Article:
The most contentious policy issue currently in the water sector is the Waters of the U.S. (or WOTUS) rulemaking, with its constant back-and-forth dynamics. While the 2015 version of the WOTUS regulations under the Obama administration expanded the jurisdictional universe of waters defined as a WOTUS, the 2020 version under the Trump administration reduced this coverage significantly, including eliminating ephemeral streams from inclusion under the legislation. In the stormwater sector, the most significant WOTUS issue is the exclusion of stormwater management infrastructure from being considered under the rule.
The specific concern relates to scenarios where a stormwater practice — such as a stormwater pond — that was originally constructed to meet regulatory requirements may be viewed as a natural body of water to those unaware of the original intent of the practice. As such, further definition is required. Considering that there are well over a million stormwater control measures across the U.S. by one estimate, the burden to regulators to address confusion over these scenarios would be overwhelming and a strain on limited resources. Also, the focus on nature-based practices — namely green stormwater infrastructure — makes these scenarios all the more likely to arise.
The currently proposed rule out for comment rolls the definition back to the pre-1986 WOTUS ruling — which does not include an exclusion for such stormwater control features. The National Municipal Stormwater Alliance (NMSA) and other groups have voiced the need for this exclusion, so it is hoped that this uncontentious issue is resolved in the final rulemaking.
Another regulatory program that MS4s should keep their eye on is the Electronic Reporting (or E-Reporting) Rule. The first phase of this rule has been completed, so EPA is currently engaged in the second phase, which includes MS4s with the premise that all MS4 permit compliance documentation will be required to be provided in a digital format by December 21, 2025 (note that “digital format” means data in a spreadsheet or database as opposed to simply transitioning paper reports to PDF documents). While this is four years away, the process of shifting regulatory documentation for entire states or municipalities is not quickly or easily done, so this is a relatively short period of time in this context. Also, this date was initially set for December 21, 2020, so an additional extension is not likely.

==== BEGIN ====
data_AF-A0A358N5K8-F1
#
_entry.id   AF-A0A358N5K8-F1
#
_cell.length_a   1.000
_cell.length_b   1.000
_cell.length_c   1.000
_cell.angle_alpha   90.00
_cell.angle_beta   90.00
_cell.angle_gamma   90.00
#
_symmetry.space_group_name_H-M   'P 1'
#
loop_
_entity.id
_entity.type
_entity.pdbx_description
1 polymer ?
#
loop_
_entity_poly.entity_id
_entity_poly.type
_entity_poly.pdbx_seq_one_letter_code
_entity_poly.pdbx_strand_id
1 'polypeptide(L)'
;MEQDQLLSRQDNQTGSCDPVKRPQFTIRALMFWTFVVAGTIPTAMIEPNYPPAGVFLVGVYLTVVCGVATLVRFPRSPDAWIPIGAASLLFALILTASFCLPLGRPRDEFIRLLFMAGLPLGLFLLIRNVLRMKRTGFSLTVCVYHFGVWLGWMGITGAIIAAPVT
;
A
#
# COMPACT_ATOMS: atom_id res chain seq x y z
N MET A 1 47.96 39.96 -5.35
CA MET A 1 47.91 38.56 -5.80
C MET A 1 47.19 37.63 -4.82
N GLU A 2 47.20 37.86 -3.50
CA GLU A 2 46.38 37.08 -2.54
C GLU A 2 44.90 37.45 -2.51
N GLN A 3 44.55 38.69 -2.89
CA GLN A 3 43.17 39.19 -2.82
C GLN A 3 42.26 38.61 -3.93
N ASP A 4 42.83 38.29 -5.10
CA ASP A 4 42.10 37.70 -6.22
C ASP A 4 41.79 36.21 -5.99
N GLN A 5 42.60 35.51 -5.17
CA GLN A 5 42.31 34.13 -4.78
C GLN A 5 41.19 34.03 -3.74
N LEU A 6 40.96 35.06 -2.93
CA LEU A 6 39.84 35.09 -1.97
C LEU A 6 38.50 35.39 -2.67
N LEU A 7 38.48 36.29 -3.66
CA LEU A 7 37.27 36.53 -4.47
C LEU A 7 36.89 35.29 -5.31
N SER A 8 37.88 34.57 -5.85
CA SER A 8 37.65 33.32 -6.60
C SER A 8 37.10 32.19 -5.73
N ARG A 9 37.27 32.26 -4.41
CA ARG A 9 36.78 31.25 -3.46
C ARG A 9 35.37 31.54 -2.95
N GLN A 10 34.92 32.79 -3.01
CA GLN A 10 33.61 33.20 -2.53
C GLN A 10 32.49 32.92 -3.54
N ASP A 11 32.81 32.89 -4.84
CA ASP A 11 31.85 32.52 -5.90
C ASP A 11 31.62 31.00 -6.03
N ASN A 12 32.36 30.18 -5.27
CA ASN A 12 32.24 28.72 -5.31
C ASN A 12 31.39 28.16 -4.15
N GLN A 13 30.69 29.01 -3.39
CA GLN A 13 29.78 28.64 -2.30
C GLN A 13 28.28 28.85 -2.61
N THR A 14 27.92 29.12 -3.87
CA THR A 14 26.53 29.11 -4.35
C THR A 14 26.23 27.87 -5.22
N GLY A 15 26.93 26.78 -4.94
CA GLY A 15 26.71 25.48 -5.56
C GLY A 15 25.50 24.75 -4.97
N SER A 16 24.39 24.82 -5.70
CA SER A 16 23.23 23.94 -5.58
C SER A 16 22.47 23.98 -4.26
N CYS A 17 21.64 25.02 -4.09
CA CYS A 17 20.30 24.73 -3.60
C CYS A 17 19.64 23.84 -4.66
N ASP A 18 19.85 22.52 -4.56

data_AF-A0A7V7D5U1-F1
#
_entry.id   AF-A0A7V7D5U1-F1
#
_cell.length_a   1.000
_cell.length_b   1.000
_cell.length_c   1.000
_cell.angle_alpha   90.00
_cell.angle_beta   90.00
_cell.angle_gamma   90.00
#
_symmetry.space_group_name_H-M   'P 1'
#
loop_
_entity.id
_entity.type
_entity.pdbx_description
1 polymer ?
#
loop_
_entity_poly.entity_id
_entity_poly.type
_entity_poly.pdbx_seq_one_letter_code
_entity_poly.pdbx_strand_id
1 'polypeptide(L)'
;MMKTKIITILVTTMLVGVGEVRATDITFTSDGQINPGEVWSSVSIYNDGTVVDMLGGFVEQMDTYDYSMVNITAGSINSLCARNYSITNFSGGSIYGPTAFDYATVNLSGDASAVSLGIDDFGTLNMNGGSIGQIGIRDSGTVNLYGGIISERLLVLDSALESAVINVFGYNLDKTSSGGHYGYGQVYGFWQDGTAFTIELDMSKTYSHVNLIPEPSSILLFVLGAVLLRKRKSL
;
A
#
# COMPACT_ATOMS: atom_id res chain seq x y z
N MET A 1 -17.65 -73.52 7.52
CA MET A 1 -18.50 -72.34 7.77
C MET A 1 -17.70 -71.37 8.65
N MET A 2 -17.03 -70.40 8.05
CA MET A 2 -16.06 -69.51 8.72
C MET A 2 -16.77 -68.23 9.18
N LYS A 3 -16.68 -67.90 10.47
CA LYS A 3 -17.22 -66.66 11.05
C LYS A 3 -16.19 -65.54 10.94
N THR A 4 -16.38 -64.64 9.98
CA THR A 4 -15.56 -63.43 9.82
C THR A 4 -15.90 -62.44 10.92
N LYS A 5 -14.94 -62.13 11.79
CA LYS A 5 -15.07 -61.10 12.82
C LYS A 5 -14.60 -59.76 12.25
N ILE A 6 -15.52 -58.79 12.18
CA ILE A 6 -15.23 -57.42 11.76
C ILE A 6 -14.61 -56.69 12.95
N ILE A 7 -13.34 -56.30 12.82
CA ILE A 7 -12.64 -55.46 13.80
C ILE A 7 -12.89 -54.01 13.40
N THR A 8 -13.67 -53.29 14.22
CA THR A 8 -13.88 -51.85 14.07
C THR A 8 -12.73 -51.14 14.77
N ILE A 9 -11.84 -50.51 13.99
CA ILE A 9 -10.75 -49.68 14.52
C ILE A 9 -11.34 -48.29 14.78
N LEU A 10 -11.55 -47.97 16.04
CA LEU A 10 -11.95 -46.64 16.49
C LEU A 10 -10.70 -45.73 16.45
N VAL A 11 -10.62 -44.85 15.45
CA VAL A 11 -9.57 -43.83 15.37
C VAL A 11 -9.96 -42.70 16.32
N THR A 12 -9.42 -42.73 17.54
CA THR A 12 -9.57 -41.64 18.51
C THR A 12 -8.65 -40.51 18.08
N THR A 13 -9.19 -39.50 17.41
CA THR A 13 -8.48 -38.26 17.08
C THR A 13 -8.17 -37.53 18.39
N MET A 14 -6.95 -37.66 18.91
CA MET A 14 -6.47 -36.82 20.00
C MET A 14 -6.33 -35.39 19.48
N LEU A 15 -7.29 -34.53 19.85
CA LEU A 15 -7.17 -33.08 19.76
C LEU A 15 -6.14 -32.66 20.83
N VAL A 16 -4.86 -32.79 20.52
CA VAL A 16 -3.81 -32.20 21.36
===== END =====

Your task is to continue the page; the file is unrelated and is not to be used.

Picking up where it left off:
A final topic to consider tracking is the Clean Watersheds Needs Survey (CWNS), an effort led by EPA and state regulatory programs periodically to capture the capital investment needs in the Clean Water sector.
EPA has developed a costing tool that enables a community to provide basic information about a stormwater practice (such as the size of the stormwater control measure (SCM) footprint and the type of SCM) to generate an estimated cost.
Also, EPA has developed a list of accepted documents that can be used to estimate capital needs for stormwater, which include watershed plans, stormwater utility feasibility studies, capital improvement plans, climate resilience evaluations, and many other similar types of documents. EPA is also allowing states to develop their own approaches to estimating stormwater needs. Each state has an assigned state CWNS coordinator, who is the point of contact for communities and utilities in their state. This coordinator leads efforts to develop these “state approaches” along with other support in their state. This flexibility reflects EPA’s recognition that states vary in their approaches to tracking stormwater infrastructure needs.
With the significant increases in funding authorized in the Infrastructure Investment and Jobs Act of 2021 for the SRF and OSG programs, the incentive for states and communities to report stormwater needs is more urgent than ever. NMSA is working with EPA staff to perform outreach and engagement with states and MS4s to ensure that stormwater needs are identified and captured in the CWNS. SW
Seth Brown is Executive Director of the National Municipal Stormwater Alliance (NMSA). Since forming in 2018, NMSA has made significant contributions to the stormwater/MS4 sector through policy leadership, state and regional engagement and support, technical information development and dissemination, and raising the awareness and profile of stormwater overall. Learn more at www.nationalstormwateralliance.org.
Published in Stormwater magazine, February 2022.